The Wikileaks founder Julian Assange could yet avoid extradition for questioning over sexual assault allegations after Ecuadorean government officials invited the Swedish authorities to London, offering to host an interview there instead.
Senior Ecuadorean government sources said today they have sent a formal request to Sweden and would be happy to facilitate questioning between Mr Assange and the Swedish prosecutor in their west London embassy, where the Wikileaks founder has been staying for the more than a month after claiming asylum.
The embassy, a grand building which sits behind Harrod’s in London’s chic Knightsbridge, would be the perfect setting, senior officials said today.
His supporters have expressed fears that the American authorities are seeking to prosecute Mr Assange for his involvement with Wikileaks and would use his extradition as an opportunity to pounce. But Ecuadorean officials said they were also seeking assurances that, in the event of his extradition to Sweden, Mr Assange would not later be sent on to the USA.
A senior legal advisor to the Ecuadorean government said they would protect Mr Assange from that prospect for as long as it takes and would be writing to the US authorities in the coming days to ask whether they have any intention of seeking Mr Assange’s forward extradition.
He added that they have already asked the British government, which must agree to the extradition, for assurances it would not do so and for information on what contact about a potential extradition – if any - they have had with their American counterparts.
“If Ecuador could be assured that the evil it wishes to prevent: the extradition to the USA of Julian Assange, could be [avoided], then that would be a just solution,” the advisor said today.
He acknowledged that the Ecuadorean government has little realistic chance of getting an answer from America on the question of whether or not it plans to seek Mr Assange’s extradition. But he added: “The litmus test will be the contact from the UK. If they have no problem giving assurances [that they will not allow it], then we can assume that there has been no request [from America].”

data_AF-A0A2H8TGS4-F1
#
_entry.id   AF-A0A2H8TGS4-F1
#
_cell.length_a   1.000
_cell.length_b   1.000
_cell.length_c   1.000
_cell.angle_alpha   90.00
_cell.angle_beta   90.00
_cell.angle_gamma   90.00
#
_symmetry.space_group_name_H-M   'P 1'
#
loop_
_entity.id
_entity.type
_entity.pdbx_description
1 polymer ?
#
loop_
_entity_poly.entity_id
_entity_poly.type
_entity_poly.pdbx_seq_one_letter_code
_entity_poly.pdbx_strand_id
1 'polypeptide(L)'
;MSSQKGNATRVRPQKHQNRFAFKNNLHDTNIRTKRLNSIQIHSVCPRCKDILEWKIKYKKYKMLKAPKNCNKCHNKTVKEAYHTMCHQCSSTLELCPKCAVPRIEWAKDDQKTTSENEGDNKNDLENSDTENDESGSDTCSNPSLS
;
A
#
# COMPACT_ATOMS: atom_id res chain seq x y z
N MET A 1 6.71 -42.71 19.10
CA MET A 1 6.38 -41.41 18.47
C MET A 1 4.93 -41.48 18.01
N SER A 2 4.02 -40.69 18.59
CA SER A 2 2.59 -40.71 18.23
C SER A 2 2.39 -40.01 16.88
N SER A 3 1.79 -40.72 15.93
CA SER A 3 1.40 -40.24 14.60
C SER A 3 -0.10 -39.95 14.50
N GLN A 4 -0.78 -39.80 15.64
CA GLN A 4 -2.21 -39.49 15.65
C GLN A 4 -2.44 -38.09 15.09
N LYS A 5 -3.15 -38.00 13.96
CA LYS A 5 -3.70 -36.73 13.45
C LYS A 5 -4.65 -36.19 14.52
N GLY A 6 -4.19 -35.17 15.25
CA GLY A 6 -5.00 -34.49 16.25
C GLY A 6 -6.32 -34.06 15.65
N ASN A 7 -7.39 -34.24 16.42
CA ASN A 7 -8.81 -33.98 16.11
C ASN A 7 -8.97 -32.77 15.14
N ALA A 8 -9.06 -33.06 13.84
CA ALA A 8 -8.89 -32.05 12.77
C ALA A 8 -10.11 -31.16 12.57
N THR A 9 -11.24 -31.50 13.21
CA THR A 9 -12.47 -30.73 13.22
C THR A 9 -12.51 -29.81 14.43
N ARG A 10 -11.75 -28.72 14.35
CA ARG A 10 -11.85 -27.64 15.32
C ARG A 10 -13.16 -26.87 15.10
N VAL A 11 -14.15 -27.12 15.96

He said the Ecuadorean authorities in London have held around 20 meetings with their UK counterparts and around 10 with the Swedish government in the last month. No contact has been made with the US authorities.
The advisor said today that Quito was seeking the answers from the British, Swedish and American governments before it made any decision on Mr Assange’s asylum claim. “We will ask of the Americans: is there an investigation which has identified [Julian Assange] as a target and will there be an extradition request in the future,” he said.
Of the British government, he said they asked whether or not it would agree to Mr Assange’s forward extradition and what discussions British officials have had with their US counterparts on the issue, in a bid to ascertain America’s intentions.
He added: “we have asked the Swedish authorities why they want him in Stockholm and not in the UK; and whether they have had any contact with the USA about possible extradition.”
The offer to Sweden was made yesterday and the Foreign Office was informed immediately, said a senior Ecuadorean government political advisor. He said they have not yet received any formal responses yet but Quito will base its decision, which will not come before the Olympic Games end in any case, on those they eventually do receive.
He added that Ecuador has not yet discussed the issue of safe passage with their British counterparts and did not intend to try to get Mr Assange out of the UK. Officials said they hoped to find a solution “which suits all parties, including Mr Assange” before they considered that possibility.
Mr Assange walked into the Ecuadorean Embassy in London on 19 June and claimed asylum. In doing so, he breached bail conditions requiring him to stay at a specified address each evening. He faces being arrested if he leaves the embassy.
His Swedish lawyer told the Independent that the questions posed by the Ecuadorean authorities must be answered by the Swedish prosecutor. Per Samuelson said: “I have on behalf of my client asked the prosecutor to go to London to do the interview but have so far not received an answer. I hope she does come this time.”